Since opening its doors in June 2010, Colon Hydro Care in Toronto has attracted 300 clients ’60 percent women, 40 percent men’ says part-owner and certified colon hydrotherapist Marlena Roe. "Constipation, fatigue and irritable bowel syndrome are the top three reasons why people come."
The concern some medical professionals have with this trend is that while training and certification are available, the industry is self-regulated ‘anyone can hang up a shingle and practise. Health Canada approves colonic equipment; however, no one is monitoring how closely therapists follow the manufacturer’s recommendations on, for instance, the proper cleaning and sterilization of reusable equipment. Says Armstrong: "Risk of infection [from colonics] is rare if appropriate cleaning and sterilization procedures are used, but the point is that this intervention has the potential for harm."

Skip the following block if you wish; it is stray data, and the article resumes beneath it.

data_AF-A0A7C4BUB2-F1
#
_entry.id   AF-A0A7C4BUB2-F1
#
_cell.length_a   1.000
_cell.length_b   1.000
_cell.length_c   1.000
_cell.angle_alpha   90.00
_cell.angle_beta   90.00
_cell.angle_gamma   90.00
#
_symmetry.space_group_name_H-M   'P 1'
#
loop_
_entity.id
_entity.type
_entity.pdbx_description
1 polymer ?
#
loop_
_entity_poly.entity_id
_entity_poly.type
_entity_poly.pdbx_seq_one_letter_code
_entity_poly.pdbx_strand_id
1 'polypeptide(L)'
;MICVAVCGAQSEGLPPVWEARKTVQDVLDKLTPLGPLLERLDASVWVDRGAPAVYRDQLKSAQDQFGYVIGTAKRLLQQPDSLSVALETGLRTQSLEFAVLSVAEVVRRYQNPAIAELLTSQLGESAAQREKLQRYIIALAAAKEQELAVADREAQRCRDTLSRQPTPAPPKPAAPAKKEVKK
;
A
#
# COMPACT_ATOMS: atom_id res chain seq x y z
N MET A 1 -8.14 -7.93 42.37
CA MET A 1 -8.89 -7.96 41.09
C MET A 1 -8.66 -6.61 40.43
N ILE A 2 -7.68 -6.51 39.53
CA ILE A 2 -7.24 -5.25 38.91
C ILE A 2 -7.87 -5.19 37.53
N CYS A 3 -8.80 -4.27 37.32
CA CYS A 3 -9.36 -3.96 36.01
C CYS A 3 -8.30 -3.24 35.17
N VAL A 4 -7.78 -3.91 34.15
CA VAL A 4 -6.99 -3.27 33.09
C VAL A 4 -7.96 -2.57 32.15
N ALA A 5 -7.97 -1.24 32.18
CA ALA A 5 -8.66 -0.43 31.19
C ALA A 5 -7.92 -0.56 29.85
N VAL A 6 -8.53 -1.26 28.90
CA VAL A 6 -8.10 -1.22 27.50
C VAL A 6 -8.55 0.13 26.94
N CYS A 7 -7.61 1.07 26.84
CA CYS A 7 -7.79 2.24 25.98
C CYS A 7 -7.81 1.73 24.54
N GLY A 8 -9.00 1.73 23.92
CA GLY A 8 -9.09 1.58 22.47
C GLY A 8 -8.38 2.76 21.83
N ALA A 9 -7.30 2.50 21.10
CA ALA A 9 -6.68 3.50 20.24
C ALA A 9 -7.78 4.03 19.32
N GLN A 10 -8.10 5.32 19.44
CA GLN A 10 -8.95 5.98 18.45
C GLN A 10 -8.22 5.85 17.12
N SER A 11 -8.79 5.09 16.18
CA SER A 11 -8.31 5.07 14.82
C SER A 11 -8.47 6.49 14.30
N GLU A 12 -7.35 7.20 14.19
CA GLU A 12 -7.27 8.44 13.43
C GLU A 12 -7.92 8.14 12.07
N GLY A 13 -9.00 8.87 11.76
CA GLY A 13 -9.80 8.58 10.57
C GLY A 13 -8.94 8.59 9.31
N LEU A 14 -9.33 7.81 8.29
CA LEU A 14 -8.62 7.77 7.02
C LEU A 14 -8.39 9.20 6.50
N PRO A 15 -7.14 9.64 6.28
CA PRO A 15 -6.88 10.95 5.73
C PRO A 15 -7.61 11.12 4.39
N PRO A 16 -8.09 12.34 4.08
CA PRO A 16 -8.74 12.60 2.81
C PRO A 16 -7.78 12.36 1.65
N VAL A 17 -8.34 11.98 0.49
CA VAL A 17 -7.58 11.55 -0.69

How colonics work
The colon is the largest part of the intestine (it’s about five feet long if straightened), and is the last place food goes before it leaves the body through the rectum. The colon’s role is to extract water, salt and potassium from solid waste before it is eliminated. (The small intestine, located in the central abdomen, is where food’s nutrients are absorbed.)
Dr. Gabor Kandel, a gastroenterologist and associate professor of medicine at the University of Toronto, explains that a colonic flushes out the lower portion of the colon. "While there’s no compelling scientific literature that shows retention of stool causes significant or life-threatening problems, it can make life very unpleasant," he says. He does not endorse colonics, but does recognize that many people who suffer with chronic constipation find relief from the procedure (along with making dietary changes). He recommends discussing colonics with your doctor before trying one.